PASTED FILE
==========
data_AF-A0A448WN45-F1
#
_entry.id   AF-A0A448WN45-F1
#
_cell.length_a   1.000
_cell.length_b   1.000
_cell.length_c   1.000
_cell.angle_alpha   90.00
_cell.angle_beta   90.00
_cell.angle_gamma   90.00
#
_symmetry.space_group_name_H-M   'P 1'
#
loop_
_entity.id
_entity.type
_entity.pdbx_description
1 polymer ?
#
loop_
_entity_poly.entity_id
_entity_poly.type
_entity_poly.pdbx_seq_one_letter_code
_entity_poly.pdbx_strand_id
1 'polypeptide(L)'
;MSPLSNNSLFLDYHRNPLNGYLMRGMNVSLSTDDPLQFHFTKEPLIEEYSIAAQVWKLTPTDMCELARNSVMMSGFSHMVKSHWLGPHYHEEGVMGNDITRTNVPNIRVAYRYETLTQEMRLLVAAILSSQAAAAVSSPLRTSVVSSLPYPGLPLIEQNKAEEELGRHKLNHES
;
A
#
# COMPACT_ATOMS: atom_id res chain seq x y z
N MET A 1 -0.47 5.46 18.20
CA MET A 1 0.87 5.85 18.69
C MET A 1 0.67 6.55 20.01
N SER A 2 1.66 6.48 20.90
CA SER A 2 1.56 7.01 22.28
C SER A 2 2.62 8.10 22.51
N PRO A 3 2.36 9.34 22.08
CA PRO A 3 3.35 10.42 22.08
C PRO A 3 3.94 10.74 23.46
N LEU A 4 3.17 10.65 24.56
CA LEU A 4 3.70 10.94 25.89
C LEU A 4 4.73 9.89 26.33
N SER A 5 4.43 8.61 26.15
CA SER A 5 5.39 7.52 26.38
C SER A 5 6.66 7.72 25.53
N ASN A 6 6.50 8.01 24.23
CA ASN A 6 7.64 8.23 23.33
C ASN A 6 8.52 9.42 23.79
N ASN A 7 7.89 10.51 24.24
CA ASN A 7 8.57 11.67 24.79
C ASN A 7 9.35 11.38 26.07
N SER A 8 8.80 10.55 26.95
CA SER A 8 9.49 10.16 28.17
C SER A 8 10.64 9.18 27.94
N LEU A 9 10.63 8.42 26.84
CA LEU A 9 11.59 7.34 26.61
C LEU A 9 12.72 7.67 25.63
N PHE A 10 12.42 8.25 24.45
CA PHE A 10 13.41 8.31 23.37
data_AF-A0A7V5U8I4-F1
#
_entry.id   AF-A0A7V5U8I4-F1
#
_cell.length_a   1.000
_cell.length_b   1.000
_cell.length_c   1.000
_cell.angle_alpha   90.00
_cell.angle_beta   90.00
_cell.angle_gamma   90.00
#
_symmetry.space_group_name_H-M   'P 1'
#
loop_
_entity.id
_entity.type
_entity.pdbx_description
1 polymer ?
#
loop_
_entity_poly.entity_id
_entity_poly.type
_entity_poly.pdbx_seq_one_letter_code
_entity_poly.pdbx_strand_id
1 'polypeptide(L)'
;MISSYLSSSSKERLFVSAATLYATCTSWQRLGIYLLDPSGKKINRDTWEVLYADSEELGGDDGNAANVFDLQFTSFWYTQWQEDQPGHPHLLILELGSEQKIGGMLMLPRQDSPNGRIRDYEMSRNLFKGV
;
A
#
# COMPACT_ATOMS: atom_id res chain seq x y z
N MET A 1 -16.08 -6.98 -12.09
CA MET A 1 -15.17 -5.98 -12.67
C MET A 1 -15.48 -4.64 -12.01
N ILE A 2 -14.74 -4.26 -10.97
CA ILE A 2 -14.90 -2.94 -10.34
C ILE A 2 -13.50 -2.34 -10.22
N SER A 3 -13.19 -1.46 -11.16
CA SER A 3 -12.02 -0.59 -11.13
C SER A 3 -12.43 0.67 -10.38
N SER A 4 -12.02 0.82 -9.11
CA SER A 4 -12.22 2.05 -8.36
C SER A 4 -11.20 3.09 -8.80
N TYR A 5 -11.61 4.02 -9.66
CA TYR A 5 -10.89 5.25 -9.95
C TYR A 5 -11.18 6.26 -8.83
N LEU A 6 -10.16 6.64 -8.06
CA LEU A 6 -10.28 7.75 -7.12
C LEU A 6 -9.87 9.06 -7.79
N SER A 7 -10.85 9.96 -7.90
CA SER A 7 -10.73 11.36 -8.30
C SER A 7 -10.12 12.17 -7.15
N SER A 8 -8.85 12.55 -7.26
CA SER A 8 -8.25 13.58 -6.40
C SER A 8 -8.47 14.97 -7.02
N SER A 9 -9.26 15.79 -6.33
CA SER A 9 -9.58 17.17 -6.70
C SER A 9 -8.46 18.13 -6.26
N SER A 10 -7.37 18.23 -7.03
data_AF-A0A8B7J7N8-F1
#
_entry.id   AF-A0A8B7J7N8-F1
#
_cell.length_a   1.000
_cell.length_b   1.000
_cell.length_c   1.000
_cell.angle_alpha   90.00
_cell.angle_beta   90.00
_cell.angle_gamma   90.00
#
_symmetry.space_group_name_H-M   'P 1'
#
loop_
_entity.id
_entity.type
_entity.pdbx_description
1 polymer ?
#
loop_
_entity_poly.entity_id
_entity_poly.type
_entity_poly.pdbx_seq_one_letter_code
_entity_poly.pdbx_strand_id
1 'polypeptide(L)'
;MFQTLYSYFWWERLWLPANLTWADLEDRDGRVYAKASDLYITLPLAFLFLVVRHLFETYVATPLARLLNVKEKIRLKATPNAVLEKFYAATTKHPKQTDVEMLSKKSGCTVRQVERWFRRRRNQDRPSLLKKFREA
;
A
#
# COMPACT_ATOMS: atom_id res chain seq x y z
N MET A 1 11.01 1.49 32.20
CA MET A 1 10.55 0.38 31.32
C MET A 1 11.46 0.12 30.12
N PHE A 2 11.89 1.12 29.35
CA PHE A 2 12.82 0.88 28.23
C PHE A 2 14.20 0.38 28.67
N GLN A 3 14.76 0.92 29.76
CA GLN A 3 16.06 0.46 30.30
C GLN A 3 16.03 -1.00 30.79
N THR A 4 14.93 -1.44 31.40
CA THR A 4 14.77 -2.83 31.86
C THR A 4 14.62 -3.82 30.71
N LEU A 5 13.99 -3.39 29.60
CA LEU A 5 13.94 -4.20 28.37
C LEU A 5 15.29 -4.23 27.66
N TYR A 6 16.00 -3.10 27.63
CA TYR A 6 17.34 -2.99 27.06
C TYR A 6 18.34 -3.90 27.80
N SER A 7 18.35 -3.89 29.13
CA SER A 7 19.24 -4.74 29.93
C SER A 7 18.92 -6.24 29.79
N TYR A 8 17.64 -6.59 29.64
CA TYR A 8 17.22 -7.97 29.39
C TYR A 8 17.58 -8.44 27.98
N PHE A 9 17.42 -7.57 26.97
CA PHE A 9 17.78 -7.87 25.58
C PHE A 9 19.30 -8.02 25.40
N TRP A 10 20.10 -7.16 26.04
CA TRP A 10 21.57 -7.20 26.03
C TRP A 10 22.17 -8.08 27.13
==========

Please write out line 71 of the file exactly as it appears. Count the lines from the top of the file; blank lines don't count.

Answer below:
_symmetry.space_group_name_H-M   'P 1'